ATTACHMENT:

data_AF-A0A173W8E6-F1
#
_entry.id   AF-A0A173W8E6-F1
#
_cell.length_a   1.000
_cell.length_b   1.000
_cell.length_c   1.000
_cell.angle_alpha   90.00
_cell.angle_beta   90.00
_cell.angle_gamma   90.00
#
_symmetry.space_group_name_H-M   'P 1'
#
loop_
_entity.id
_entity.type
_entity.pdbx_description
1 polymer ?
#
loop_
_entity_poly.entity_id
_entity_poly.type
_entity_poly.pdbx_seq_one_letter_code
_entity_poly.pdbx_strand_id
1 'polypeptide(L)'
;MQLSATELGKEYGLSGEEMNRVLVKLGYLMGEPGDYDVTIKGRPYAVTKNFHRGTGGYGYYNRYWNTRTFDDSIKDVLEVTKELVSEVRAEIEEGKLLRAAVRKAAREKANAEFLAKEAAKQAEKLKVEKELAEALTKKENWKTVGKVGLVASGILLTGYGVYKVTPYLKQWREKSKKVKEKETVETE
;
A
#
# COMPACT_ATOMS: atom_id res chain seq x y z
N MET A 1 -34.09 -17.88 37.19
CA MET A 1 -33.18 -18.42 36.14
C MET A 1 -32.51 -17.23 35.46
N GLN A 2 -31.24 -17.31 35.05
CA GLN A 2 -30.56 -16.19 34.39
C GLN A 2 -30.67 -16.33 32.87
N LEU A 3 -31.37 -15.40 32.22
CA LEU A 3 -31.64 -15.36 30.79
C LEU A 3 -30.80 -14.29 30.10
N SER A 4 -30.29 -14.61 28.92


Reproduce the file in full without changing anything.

data_AF-A0A173W8E6-F1
#
_entry.id   AF-A0A173W8E6-F1
#
_cell.length_a   1.000
_cell.length_b   1.000
_cell.length_c   1.000
_cell.angle_alpha   90.00
_cell.angle_beta   90.00
_cell.angle_gamma   90.00
#
_symmetry.space_group_name_H-M   'P 1'
#
loop_
_entity.id
_entity.type
_entity.pdbx_description
1 polymer ?
#
loop_
_entity_poly.entity_id
_entity_poly.type
_entity_poly.pdbx_seq_one_letter_code
_entity_poly.pdbx_strand_id
1 'polypeptide(L)'
;MQLSATELGKEYGLSGEEMNRVLVKLGYLMGEPGDYDVTIKGRPYAVTKNFHRGTGGYGYYNRYWNTRTFDDSIKDVLEVTKELVSEVRAEIEEGKLLRAAVRKAAREKANAEFLAKEAAKQAEKLKVEKELAEALTKKENWKTVGKVGLVASGILLTGYGVYKVTPYLKQWREKSKKVKEKETVETE
;
A
#
# COMPACT_ATOMS: atom_id res chain seq x y z
N MET A 1 -34.09 -17.88 37.19
CA MET A 1 -33.18 -18.42 36.14
C MET A 1 -32.51 -17.23 35.46
N GLN A 2 -31.24 -17.31 35.05
CA GLN A 2 -30.56 -16.19 34.39
C GLN A 2 -30.67 -16.33 32.87
N LEU A 3 -31.37 -15.40 32.22
CA LEU A 3 -31.64 -15.36 30.79
C LEU A 3 -30.80 -14.29 30.10
N SER A 4 -30.29 -14.61 28.92